Xanax or counterfeit versions of the drug, Mr McCrisken said, are being traded in a highly concentrated ‘bar’ format that can contain as much as 2mg of alprazolam: “The bars are the most worrying because there’s a huge amount of alprazolam in them."
In addition to being highly addictive, Xanax can have a number of side effects including, sweating, and heart palpitations.
Mr McCrisken continued: “What we’ve tended to find is that people treat someone, who’s overdosed on drugs or taken too many prescriptions drugs, in the same way as someone who has taken too much alcohol. Which is to put them to bed and hope they sleep it off. You don’t really sleep off a drug overdose. You die if you don’t get proper treatment.
“Any sign of sweating, a racing heart, increased temperature, especially drowsiness or lapsing into unconsciousness those are signs that urgent medical attention is required.”
The internet and dark net has opened up a new global online market where criminals can trade illicit and often counterfeit drugs like Xanax.
The European Monitoring Centre for Drugs and Drug Addiction estimates that around two thirds of the goods offered on dark net markets are drug-related.
The Detail, however, did not have to delve into the dark net to find the drug for sale. We found a number of websites openly claiming to offer Xanax and other benzodiazepines for sale and delivery to the UK.
Prices were as low as 65 pence per tablet, as the following graphic shows.
Authorities across the globe are clamping down on illegally imported and unauthorised medicines through targeted operations like Operation Pangea.
Under this international operation 500 tonnes of illicit pharmaceuticals were seized world-wide this year.
In Northern Ireland, the operation was co-ordinated by the Organised Crime Taskforce Strategy Group and intercepted multiple packages containing 60,000 tablets over a number of weeks.
The drugs haul included 30,000 Xanax tablets, as well as 25,000 Zopiclone tablets, a type of sleeping pill, and other drugs often taken for recreational use.
Anthony Harbinson, chair of the Organised Crime Taskforce Strategy Group, said: “During Operation Pangea the UK Healthcare Products Regulatory Agency also targeted websites on the open and dark web that offered falsified and unlicensed medical products leading to 123 websites being shut down and the removal of 535 online adverts.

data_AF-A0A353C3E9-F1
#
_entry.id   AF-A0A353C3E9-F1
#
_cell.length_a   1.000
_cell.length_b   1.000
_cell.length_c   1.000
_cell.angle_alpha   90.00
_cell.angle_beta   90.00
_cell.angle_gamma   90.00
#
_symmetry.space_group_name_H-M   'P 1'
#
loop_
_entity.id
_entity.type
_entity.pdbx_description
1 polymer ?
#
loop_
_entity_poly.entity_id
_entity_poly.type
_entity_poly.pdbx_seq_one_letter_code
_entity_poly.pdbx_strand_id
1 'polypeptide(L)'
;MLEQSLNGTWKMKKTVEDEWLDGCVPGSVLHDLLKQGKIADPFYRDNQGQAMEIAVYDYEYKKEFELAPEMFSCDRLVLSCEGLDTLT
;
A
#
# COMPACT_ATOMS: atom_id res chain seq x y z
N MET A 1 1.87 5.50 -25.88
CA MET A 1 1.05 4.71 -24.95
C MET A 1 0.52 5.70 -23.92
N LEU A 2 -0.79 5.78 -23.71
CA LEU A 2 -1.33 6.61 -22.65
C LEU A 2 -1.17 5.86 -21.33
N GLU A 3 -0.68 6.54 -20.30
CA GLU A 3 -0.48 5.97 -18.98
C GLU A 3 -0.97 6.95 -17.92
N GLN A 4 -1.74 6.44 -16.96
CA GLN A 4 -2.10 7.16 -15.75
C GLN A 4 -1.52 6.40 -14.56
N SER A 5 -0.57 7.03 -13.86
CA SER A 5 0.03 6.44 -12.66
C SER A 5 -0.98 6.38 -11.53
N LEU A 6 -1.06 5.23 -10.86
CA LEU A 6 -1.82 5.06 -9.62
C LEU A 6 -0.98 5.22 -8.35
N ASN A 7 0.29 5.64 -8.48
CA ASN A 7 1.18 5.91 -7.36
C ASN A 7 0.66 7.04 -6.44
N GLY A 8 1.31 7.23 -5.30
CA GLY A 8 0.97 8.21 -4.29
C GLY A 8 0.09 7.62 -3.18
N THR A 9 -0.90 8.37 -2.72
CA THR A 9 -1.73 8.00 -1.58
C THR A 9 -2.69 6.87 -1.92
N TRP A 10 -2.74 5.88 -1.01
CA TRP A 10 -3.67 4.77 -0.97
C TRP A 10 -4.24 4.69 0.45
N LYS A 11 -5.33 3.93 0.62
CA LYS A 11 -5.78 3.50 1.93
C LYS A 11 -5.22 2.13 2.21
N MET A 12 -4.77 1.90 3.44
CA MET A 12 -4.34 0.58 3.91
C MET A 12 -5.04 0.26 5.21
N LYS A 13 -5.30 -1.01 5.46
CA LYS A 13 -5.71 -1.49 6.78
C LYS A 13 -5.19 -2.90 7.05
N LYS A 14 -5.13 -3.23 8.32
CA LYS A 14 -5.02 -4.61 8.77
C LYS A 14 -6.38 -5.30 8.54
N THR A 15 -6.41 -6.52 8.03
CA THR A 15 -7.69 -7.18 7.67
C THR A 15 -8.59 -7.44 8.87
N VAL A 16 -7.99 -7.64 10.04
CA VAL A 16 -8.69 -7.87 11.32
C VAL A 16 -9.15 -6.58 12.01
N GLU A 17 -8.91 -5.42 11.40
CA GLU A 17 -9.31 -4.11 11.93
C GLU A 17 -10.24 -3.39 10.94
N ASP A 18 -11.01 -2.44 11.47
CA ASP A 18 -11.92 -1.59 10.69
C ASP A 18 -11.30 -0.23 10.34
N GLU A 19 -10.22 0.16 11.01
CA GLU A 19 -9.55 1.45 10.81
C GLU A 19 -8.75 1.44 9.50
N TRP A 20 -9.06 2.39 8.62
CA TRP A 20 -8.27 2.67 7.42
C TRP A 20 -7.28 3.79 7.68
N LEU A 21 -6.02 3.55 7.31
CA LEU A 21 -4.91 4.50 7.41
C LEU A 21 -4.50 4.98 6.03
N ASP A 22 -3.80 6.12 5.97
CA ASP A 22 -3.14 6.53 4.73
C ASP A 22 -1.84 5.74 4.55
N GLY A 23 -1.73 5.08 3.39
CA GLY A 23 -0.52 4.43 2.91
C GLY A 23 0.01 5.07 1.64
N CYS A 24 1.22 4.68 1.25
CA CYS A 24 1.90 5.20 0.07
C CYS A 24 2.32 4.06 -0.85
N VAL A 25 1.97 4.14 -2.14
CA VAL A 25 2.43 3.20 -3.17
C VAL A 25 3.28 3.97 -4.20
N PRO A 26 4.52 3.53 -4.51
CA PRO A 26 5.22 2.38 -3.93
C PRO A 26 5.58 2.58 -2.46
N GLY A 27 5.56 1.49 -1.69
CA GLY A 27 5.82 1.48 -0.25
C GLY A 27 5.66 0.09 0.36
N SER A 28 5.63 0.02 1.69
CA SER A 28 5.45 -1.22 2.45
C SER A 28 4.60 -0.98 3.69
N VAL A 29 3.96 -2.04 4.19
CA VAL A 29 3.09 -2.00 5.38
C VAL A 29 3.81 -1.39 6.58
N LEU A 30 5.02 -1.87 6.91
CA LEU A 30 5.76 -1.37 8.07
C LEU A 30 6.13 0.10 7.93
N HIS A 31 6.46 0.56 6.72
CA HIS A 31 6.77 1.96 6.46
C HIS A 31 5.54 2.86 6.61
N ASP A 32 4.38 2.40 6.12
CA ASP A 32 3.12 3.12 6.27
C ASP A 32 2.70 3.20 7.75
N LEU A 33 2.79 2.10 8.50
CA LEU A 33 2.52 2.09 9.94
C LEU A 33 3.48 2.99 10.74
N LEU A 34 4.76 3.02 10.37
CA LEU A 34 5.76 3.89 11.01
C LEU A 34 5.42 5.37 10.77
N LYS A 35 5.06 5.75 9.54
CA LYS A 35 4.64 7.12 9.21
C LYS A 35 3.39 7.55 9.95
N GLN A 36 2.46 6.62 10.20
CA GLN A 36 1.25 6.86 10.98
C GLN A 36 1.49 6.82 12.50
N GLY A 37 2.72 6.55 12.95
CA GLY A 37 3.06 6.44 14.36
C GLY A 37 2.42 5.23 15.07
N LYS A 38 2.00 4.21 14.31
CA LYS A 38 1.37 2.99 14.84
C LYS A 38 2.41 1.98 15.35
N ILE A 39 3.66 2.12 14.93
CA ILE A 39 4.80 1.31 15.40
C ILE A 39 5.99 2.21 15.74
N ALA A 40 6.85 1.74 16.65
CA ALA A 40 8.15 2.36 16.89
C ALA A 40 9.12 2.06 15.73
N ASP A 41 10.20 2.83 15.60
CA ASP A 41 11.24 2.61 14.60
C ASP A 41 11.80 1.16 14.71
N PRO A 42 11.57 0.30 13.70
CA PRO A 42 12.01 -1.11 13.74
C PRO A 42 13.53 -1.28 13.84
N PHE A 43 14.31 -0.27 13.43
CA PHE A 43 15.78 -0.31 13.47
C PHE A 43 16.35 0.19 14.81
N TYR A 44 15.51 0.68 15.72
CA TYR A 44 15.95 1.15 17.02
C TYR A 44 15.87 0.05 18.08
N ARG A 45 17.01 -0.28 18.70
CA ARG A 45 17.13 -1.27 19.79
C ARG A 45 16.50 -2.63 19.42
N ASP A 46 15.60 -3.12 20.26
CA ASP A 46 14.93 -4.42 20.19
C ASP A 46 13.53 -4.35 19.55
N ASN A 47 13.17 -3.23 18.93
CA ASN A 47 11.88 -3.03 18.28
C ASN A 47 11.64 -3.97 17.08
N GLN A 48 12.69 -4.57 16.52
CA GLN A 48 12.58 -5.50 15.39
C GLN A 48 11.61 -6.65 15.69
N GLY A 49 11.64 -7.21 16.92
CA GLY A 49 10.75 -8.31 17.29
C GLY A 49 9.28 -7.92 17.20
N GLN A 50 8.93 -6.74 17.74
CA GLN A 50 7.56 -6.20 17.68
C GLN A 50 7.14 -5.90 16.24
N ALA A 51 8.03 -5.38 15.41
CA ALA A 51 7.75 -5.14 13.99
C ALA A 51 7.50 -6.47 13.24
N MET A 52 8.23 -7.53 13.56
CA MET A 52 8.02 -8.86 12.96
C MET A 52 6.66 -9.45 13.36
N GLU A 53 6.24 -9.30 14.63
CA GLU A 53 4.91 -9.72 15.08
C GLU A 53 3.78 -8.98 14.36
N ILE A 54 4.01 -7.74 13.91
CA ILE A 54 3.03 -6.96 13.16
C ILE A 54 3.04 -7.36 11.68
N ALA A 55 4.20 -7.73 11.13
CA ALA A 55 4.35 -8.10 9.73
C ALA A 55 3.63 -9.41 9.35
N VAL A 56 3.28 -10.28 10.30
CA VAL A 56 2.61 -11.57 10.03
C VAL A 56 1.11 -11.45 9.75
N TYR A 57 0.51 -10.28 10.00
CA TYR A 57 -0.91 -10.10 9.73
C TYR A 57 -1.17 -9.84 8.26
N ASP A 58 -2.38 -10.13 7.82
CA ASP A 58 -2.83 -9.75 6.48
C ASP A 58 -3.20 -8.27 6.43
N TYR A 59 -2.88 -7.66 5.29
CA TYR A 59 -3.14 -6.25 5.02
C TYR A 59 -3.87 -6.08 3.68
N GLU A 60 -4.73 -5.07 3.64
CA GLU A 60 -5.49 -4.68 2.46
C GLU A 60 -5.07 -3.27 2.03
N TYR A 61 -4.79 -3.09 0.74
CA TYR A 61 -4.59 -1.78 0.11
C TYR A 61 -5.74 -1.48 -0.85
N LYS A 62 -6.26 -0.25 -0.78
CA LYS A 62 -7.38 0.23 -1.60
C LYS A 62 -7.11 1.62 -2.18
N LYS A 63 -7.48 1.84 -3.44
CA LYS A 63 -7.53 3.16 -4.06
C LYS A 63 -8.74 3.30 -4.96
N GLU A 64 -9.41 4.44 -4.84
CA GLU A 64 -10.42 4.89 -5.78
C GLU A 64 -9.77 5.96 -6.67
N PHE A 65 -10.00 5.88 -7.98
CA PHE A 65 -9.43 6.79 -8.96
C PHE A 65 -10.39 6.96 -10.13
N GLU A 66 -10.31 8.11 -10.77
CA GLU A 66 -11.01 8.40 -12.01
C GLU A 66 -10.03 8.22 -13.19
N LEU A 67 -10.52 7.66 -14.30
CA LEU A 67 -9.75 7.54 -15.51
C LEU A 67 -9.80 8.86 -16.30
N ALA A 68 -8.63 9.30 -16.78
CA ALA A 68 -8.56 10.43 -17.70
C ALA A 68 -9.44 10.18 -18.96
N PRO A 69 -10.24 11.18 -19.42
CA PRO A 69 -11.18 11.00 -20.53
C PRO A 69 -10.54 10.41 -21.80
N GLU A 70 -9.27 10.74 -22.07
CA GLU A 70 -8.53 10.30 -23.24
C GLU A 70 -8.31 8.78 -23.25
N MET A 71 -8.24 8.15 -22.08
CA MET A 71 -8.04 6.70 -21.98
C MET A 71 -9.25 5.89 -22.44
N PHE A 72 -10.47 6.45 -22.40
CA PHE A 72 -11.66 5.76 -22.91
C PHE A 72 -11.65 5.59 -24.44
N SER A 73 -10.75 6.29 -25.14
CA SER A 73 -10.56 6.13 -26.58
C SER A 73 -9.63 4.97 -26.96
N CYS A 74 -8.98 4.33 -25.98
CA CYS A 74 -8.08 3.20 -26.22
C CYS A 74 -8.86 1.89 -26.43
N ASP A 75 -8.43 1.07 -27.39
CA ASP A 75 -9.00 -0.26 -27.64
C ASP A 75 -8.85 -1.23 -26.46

“Criminals selling medicines over the internet have absolutely no regard for people’s health and individuals may be putting themselves at serious risk of harm. Many websites selling medicines online originate from outside the UK and are not regulated by UK authorities.”
Pfizer, the pharmaceutical company behind Xanax, expressed alarm at the rise of counterfeit Xanax and its growing availability on the internet and dark web.
The company, which operates a counterfeit medicines division, confirmed that dangerous substances had been detected in counterfeit Xanax analysed.
A spokesperson for Pfizer said: "We have found dangerous ingredients such as boric acid, heavy metals and floor polish in counterfeit medicines. Pfizer has always been at the forefront in the fight against counterfeits and the criminals behind them. We will continue to work side by side with all law enforcement agencies around the world to help detect, disrupt and deter counterfeit medicines trade."
The UK-wide Report Illicit Drug Reactions (RIDR) database, run by Public Health England and designed to monitor harm caused by illicit drugs, has reported Xanax use as an emerging drug risk across the UK and Northern Ireland.
In November the database reported a rise in the availability and use of Xanax in Northern Ireland.
“Northern Ireland confirmed reports of increased Xanax misuse and overdose among adults, particularly heroin users,” the latest RIDR report stated.
Across the UK, “most” of the Xanax being sold on the street is “illicitly manufactured”, the monitoring service reported.
In January the Public Health Agency (PHA) in Northern Ireland issued a warning about the dangers of misusing benzodiazepines.
The warning was prompted by a number of reports of increasing Xanax use via the Drug and Alcohol Monitoring and Information System (DAMIS) – an ‘early warning’ system to identify emerging trends in drug and alcohol misuse in Northern Ireland.
The PHA’s drug and alcohol lead Michael Owen told The Detail: “All drugs carry risks, therefore the PHA strongly recommends that you do not take anything unless it has been prescribed to you by a medical professional and in accordance with your prescription.
“Unregulated substances can often contain the active ingredient the supplier claims, but it is sometimes at a higher potency than expected, so there can be a real risk of overdose to anyone who takes these.
“If you have taken drugs or have misused a medication and are feeling unwell, please seek medical help urgently.”
Information on the risks associated with benzodiazepines, such as Xanax, can be found at https://www.talktofrank.com/
Visit https://www.drugsandalcoholni.info/for information on support services.